This means keeping windows closed and covering them with blackout blinds or curtains.
At night-time, when the temperature’s dropped, you can open them and give your house an airing.
Insulation is usually associated with keeping the heat in during winter.
However, in the summer months it works to keep heat out, too.
It’s a year-round investment and one that’ll help reduce your energy bills, whatever the weather.
Switch off appliances
A lot of heat is generated from household appliances, so switch them off.
Don’t leave them on standby.
Make sure the backs of fridges and freezers have plenty of ventilation space, as they can pump lots of unnecessary heat into a room.
Use water and nature
Setting out bowls of water can help cool hot air.
They can be particularly effective in a bedroom at night.
Similarly, plants act as natural air conditioners and pump moisture into the atmosphere, so consider investing in houseplants. Trees in the garden can also provide shading.
Sometimes it’s just so hot you end up resorting to an electric fan.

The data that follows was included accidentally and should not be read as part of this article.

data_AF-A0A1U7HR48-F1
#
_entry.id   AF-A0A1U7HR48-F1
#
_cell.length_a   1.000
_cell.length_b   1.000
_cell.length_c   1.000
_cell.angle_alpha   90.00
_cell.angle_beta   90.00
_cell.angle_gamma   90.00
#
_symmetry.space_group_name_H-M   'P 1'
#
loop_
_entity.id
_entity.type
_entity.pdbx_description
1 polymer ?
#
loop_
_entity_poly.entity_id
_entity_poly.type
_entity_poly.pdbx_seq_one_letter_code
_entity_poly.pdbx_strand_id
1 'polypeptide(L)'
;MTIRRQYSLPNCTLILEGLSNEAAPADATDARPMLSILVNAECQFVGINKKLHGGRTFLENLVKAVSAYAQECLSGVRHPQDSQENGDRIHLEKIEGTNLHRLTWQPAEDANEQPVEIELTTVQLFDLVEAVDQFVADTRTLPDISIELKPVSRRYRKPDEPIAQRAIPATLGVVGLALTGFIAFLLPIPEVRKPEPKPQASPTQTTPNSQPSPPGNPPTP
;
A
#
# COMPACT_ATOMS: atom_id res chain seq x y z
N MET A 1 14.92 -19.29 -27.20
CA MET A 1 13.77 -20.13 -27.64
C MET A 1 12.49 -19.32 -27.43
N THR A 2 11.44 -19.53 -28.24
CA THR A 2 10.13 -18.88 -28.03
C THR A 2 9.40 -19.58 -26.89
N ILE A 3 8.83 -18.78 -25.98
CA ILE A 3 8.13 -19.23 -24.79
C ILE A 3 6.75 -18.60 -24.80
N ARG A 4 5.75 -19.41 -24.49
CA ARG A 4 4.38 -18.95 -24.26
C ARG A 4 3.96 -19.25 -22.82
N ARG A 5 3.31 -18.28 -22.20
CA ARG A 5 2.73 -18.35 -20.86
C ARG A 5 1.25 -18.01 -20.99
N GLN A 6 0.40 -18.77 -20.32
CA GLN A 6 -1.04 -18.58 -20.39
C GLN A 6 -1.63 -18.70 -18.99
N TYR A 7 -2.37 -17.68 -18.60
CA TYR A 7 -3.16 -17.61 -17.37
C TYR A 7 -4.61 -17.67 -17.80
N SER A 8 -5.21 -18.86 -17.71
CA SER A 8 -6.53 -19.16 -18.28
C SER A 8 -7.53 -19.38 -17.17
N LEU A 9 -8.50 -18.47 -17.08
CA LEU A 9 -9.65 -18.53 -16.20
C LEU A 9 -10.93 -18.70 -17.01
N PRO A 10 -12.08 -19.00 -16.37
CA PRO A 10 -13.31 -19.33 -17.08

Since heat rises, the coolest air in your house is going to be at floor level, so set your fan on the floor and point it upwards. Position it so that it points towards the opposite wall.
This will bounce the cooler air off the wall and back into the room, mixing with the warm air to cool the overall temperature. Place a bowl of cold water in front of the fan makes it even more effective.
If you have bi-fold doors or south-facing windows that are turning your home into a greenhouse, consider installing awnings or wooden shutters.
They’re popular in Mediterranean countries for a reason! Awnings can cost around £4,000, but a well-positioned sun parasol is a cheaper alternative.
Fact or fiction
Heat pumps only work in new builds.
Heat pumps can be fitted in all kinds and ages of flats and houses. It’s just a question of first ensuring your insulation is up-to-scratch and you’ve no ill-fitting windows or doors.